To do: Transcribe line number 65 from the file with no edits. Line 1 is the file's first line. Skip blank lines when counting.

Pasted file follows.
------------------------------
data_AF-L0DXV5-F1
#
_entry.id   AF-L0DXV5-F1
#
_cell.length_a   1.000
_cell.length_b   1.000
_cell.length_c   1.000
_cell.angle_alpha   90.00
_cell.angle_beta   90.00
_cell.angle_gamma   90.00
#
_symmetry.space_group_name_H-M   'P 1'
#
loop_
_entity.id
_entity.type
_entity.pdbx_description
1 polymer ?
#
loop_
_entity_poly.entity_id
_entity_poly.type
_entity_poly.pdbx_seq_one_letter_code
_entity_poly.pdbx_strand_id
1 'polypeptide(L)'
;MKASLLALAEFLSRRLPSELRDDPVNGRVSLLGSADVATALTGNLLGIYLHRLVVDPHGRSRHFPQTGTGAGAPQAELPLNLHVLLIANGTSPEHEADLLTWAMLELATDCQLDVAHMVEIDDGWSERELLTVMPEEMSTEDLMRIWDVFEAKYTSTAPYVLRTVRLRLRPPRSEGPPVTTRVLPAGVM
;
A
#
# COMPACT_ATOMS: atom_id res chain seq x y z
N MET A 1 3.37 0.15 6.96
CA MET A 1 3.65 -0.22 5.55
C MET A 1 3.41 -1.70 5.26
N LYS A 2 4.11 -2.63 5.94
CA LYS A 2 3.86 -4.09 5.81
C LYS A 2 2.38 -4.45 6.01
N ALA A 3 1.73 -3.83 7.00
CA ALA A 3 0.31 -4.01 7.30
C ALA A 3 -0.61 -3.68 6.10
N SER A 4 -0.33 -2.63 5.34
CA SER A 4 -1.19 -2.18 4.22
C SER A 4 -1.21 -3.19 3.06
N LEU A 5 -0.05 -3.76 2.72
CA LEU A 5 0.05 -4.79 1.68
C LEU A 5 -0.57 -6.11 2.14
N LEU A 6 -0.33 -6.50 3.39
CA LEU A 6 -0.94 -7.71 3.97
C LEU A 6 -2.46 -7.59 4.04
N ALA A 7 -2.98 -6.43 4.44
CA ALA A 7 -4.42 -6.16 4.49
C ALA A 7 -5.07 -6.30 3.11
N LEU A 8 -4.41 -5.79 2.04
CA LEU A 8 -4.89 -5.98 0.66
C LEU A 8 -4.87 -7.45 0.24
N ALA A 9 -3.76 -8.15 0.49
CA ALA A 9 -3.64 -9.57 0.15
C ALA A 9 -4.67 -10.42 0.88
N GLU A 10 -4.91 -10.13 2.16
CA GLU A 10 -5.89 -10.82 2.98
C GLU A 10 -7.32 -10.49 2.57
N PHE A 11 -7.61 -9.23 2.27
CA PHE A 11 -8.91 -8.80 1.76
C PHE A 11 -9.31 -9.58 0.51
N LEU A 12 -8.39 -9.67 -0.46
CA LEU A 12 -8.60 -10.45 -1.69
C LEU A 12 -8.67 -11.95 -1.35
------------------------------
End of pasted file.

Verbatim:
CA LEU A 12 -8.60 -10.45 -1.69